At 3:30, with my body temperature sinking, neglecting to bring a flask and half of my thermals, I decide that no fish at 4pm would send me back through the two gates (which I loathe). Naturally, I get two dithery bites on maggots both of which produces small rudd. Enthused, although not warmed, persist to the first tendril of dusk and the rising moon, but that was it...I must work out how to get my camera to take the scene exactly as it looks.

Packhorse Lake The leeward end... Packhorse Lake ...and its first float.
Packhorse LakeThe very old shell, Packhorse Lakethe wind-driven sky... Packhorse LakeThe 'bag' Packhorse Lake...and the bad moon rising.

I raise my core temperature yomping to the car, but not as much as I'd like. The STThat's the Small Technology', or for the hard of abbreviation, 'smart phone'. produces "Gimme Shelter" which is apposite and I ponder a bucket of bread-and-hemp, the best cold-water spadge, which had slipped my mind of late.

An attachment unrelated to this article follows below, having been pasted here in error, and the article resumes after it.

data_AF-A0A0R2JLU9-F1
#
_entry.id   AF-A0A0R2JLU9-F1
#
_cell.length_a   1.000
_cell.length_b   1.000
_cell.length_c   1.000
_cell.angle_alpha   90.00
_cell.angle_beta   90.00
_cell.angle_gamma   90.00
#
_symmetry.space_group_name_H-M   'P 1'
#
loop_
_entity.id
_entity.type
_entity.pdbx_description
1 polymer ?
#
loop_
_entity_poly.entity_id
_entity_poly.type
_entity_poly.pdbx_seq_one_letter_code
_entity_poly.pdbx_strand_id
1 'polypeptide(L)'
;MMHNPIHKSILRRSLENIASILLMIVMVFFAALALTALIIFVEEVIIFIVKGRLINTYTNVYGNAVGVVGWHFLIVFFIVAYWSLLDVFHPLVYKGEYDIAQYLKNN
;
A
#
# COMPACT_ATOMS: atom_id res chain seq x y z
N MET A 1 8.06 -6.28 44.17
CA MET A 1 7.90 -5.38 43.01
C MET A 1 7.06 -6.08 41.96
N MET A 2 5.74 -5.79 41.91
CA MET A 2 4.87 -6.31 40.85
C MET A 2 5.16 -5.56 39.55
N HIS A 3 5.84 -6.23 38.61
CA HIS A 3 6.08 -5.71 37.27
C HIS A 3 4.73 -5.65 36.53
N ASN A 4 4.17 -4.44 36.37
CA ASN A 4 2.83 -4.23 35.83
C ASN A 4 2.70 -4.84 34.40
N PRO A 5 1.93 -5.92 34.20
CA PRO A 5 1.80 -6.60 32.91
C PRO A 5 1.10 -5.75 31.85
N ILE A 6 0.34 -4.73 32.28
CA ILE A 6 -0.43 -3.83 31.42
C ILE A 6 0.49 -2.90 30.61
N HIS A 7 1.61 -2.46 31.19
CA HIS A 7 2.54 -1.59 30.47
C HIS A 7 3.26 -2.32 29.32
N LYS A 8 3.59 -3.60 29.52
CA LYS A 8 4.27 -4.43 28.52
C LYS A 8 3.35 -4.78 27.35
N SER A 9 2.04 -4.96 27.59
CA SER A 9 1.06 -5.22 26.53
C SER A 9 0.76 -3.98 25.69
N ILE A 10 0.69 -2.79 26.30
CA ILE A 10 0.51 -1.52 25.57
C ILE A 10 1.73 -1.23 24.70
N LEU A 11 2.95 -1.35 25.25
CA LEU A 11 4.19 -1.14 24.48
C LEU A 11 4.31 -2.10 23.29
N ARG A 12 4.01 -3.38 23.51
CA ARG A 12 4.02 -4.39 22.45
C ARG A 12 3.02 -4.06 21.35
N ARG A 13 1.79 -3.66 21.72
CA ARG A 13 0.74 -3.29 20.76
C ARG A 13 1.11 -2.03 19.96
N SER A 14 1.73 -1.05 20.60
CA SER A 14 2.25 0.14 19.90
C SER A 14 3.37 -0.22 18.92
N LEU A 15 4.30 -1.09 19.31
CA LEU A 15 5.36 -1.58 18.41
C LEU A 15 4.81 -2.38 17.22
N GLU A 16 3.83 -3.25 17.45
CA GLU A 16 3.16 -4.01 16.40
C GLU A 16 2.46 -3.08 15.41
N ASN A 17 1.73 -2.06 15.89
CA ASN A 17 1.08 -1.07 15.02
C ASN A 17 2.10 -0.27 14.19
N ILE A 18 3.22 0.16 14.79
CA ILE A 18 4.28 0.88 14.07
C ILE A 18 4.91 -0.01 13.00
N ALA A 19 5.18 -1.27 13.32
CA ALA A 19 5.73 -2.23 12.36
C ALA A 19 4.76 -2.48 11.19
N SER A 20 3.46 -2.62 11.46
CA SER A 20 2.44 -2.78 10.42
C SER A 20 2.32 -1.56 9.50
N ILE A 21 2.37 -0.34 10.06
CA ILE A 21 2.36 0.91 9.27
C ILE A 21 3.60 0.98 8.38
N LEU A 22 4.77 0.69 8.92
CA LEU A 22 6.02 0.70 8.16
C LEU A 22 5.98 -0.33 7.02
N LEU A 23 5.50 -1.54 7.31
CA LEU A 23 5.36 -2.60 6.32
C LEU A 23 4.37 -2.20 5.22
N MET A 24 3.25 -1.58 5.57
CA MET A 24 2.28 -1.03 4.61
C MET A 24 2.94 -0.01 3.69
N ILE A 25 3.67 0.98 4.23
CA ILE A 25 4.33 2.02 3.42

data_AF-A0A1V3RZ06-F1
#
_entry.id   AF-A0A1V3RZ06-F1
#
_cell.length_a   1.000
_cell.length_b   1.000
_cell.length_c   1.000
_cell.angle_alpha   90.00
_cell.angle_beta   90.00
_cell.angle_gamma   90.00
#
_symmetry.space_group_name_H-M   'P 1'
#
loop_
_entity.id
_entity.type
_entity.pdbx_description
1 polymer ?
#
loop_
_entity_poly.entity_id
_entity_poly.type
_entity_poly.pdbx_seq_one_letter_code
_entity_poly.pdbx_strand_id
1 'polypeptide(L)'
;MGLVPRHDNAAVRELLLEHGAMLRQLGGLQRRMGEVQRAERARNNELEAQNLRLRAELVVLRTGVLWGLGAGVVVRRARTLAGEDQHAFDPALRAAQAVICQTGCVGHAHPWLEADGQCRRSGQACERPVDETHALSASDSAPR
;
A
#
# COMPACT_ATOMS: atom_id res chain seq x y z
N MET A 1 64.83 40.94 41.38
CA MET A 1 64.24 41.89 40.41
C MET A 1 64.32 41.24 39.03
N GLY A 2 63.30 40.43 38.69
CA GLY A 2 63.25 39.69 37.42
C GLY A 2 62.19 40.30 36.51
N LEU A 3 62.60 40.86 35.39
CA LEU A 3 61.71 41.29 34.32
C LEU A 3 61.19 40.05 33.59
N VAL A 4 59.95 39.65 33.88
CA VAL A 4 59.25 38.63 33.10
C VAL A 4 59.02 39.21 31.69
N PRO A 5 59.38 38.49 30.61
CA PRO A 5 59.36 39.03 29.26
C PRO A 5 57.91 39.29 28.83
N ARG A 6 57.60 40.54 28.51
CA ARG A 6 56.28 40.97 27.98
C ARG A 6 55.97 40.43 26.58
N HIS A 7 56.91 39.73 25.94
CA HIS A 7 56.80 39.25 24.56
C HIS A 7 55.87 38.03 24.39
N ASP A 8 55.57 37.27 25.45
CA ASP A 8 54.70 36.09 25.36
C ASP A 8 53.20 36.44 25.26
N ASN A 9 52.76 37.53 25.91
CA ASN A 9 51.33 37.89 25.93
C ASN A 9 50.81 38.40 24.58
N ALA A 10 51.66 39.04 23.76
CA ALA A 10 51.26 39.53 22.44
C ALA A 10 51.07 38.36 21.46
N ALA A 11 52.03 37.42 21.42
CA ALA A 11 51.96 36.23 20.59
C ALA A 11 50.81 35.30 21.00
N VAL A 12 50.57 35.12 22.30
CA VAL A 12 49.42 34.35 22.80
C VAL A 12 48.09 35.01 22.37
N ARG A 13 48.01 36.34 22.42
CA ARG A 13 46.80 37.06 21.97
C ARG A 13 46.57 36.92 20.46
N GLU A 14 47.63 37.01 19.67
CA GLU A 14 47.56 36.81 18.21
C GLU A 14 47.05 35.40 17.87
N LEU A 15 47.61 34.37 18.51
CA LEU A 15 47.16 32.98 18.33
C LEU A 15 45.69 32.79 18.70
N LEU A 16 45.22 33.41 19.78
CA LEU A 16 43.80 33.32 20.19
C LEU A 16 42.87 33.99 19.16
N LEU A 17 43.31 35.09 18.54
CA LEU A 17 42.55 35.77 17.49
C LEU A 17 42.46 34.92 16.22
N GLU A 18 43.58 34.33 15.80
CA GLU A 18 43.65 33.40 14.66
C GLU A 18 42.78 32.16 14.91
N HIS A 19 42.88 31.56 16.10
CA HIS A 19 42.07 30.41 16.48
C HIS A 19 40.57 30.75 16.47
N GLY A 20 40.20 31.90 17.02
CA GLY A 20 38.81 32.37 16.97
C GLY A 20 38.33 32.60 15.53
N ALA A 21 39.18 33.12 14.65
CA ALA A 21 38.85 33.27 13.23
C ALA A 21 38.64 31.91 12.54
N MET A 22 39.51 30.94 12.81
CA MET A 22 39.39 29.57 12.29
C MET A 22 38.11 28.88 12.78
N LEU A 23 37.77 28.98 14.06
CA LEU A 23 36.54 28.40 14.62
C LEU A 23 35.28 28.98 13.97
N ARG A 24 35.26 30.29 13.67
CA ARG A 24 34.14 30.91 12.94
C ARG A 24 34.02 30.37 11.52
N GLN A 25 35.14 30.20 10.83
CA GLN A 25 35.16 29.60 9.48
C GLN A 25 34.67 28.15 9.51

2017 swivel January 1st 2017. Happy New Year.

In 2016 I took exams, started to learn critical thinking and how to write essays. Some called my intellectual 180° U-turn 'brave'. I thought they were being complementary. In the run-up to the exams, I realised they were quite wrong, it was more like temporary insanity. Still. LO...although, I passed everything, after some minor flailing about. psy'Insanity' is now something I have a better than average understanding of.

"It is well known that a vital ingredient of success is not knowing that what you're attempting can't be done." - Terry Pratchett

"Human beings make life so interesting. Do you know, that in a universe so full of wonders, they have managed to invent boredom." - Terry Pratchett

It is extraordinary that in a world where almost anything can be discovered with a few strokes of a keyboard, that so many are so disinclined to find out anything for themselves. It baffles me, frankly. Perhaps ignorance really is bliss? It's certainly ignorance.

"Those who cannot remember the past are condemned to repeat it." - Santayana.

To which one might add, that those who remember the past are condemned to failure by the same argument. In any event, may 2017 bring you peace and fishes.

I like porcupine quill floats...I like porcupine quill floats...(and back to the top of the page) I like porcupine quill floats...I really like porcupine quill floats... I like porcupine quill floats...I really like porcupine quill floats...

04:47pm on 2017-07-25 JAA